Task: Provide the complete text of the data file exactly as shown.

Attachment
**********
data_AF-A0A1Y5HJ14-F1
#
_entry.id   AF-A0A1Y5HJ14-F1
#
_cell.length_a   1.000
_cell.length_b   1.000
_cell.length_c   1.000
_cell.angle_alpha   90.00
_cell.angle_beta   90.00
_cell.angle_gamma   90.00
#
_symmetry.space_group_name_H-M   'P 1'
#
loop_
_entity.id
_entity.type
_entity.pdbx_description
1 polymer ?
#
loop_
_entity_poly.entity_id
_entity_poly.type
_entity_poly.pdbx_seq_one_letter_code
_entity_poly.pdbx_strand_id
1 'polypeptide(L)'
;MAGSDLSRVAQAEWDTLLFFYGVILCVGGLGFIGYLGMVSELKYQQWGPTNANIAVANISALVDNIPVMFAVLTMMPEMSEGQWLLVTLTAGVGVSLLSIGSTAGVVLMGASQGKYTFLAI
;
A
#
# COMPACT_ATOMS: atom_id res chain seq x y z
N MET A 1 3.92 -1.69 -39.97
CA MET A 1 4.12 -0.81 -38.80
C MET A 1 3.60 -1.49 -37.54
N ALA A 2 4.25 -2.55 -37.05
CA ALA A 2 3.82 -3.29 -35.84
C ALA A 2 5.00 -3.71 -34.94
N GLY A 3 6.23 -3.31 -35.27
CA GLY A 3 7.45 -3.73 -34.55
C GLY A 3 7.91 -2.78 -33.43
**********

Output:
data_AF-A0A1Y5HJ14-F1
#
_entry.id   AF-A0A1Y5HJ14-F1
#
_cell.length_a   1.000
_cell.length_b   1.000
_cell.length_c   1.000
_cell.angle_alpha   90.00
_cell.angle_beta   90.00
_cell.angle_gamma   90.00
#
_symmetry.space_group_name_H-M   'P 1'
#
loop_
_entity.id
_entity.type
_entity.pdbx_description
1 polymer ?
#
loop_
_entity_poly.entity_id
_entity_poly.type
_entity_poly.pdbx_seq_one_letter_code
_entity_poly.pdbx_strand_id
1 'polypeptide(L)'
;MAGSDLSRVAQAEWDTLLFFYGVILCVGGLGFIGYLGMVSELKYQQWGPTNANIAVANISALVDNIPVMFAVLTMMPEMSEGQWLLVTLTAGVGVSLLSIGSTAGVVLMGASQGKYTFLAI
;
A
#
# COMPACT_ATOMS: atom_id res chain seq x y z
N MET A 1 3.92 -1.69 -39.97
CA MET A 1 4.12 -0.81 -38.80
C MET A 1 3.60 -1.49 -37.54
N ALA A 2 4.25 -2.55 -37.05
CA ALA A 2 3.82 -3.29 -35.84
C ALA A 2 5.00 -3.71 -34.94
N GLY A 3 6.23 -3.31 -35.27
CA GLY A 3 7.45 -3.73 -34.55
C GLY A 3 7.91 -2.78 -33.43